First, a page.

Friday, May 22, 2009

The American Youth That Never Were

The first engagement in the Little War took place at Fifteenth and K street in front of the Sheraton Bar and Grill in the heart of Washington. For over a month young people had been pouring into the city, massing for a huge demonstration to protest the Thirty-ninth Amendment to the Constitution. Like other prohibitions before it, this Compulsory Birth Control Act was impossible to enforce, and youth had taken the stand that it was a direct infringement of their rights. Bitter resentment was directed against the two arms of Governmental enforcement, the National Council of Eugenics and the Federal Birth Study commission. Washington had no business regulating the number of children a citizen could have. Bitterness turned to talk of rebellion.
~ Logan's Run by William F. Nolan and George Clayton Johnson
In 1967, the year Logan's Run was published, tens of thousands of young Americans descended on San Francisco for the fabled "Summer of Love", and it must have seemed like teenagers really would take over the country. It was the perfect backdrop for William Nolan and George Clayton John's future dystopian youth culture, where all upstanding citizens went voluntarily to their death by their 21st birthday.
The seeds of the Little War were planted in a restless summer during the mid-1960s, with sit-ins and student demonstrations as youth tested its strength. By the early 1970s over 75 per cent of the people living on earth were under twenty-one years of age. The population continued to climb - and with it the youth percentage.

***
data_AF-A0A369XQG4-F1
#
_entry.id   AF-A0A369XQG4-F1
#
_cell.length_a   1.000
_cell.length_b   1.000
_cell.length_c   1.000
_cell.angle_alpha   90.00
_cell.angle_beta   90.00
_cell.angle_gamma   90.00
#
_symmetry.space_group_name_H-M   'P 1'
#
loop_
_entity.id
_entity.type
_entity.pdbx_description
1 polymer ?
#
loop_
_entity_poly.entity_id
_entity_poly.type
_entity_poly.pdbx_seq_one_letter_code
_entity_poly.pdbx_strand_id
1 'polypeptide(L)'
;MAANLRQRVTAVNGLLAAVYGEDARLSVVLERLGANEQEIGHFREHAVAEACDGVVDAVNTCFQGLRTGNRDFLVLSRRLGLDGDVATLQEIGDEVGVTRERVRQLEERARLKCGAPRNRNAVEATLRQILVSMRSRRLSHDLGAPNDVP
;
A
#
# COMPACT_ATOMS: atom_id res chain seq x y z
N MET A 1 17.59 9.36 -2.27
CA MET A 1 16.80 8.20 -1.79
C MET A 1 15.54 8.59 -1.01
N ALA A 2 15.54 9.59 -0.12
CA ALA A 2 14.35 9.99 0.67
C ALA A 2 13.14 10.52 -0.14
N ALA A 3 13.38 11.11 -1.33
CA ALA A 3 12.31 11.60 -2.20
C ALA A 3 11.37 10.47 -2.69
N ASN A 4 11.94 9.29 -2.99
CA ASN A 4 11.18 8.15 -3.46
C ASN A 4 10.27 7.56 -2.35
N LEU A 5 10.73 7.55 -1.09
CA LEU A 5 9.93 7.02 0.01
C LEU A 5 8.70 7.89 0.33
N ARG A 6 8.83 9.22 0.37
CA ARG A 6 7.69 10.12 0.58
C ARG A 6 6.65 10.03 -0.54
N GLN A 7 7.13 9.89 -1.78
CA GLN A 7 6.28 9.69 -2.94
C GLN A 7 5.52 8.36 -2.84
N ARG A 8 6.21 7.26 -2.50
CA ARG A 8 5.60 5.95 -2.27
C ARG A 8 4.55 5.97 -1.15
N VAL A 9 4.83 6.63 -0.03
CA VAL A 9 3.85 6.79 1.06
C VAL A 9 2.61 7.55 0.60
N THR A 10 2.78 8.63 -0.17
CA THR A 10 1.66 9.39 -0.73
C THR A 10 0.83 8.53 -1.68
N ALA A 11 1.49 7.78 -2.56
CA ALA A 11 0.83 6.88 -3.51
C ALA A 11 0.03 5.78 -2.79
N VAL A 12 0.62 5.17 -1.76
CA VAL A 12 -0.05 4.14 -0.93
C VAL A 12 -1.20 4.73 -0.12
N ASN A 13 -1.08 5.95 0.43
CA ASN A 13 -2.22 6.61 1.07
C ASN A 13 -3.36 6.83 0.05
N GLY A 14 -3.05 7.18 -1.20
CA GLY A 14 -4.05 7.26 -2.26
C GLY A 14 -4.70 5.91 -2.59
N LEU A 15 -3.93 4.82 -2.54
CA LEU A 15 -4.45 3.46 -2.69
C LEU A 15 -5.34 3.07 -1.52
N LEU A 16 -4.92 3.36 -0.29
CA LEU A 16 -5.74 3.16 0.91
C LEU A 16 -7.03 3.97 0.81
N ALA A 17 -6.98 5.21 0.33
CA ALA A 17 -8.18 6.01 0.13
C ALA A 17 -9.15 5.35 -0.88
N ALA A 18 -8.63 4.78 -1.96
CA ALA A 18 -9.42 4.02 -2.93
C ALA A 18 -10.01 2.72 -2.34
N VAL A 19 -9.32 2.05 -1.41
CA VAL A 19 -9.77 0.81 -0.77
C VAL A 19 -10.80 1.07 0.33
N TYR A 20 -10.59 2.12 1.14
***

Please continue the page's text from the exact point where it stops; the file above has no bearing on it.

In the 1980s the figure was 79.7 per cent.
In the 1990s, 82.4 per cent.
In the year 2000 - critical mass
But, as Charlie Stross has pointed out, it's extremely difficult to write near-future science fiction that stands up to history. As it turns out, in 1967 the 25- and under population was at its peak, and only declined from that point on. Today the US the population is older than it has ever been, with the largest group age 25-44. The reason is a combination of longer life spans*, aging of the baby boom generation combined with the increased availability of effective contraceptives and declining fertility. Teen birth rates are the lowest level ever.

So while the novel is still an entertaining read, the backstory hasn't aged very well. It makes me wonder how the on-again off-again on-again off-again on-again movie remake of Logan's Run will approach the material. Director Joseph Kosinsky claimed back in 2007 that the story would "hew closer to the book than the 1976 movie." That wouldn't be too difficult, since the movie didn't follow the novel much beyond its basic premise. In particular, I think the original movie's shift of the age of death to 30 from 21 significantly changed the tone of the story - for some reason I find 16-year-old enforcers more disturbing than 26-year-olds in the same role.

While the new movie will supposedly be released in 2010, there probably won't be any official word until later this year as to whether it's actually being made. Until then, enjoy this trailer for the original film, that really captures it's cheesy 70s goodness:



* Life expectancy at birth was 47.3 in 1900, 70.8 in 1980 and 77.8 in 2005 (See Table 26)

Image: Sexy-but-significantly-older-than-21-year-old Michael York in the original Logan's Run movie (via the excellent City of Domes web site).

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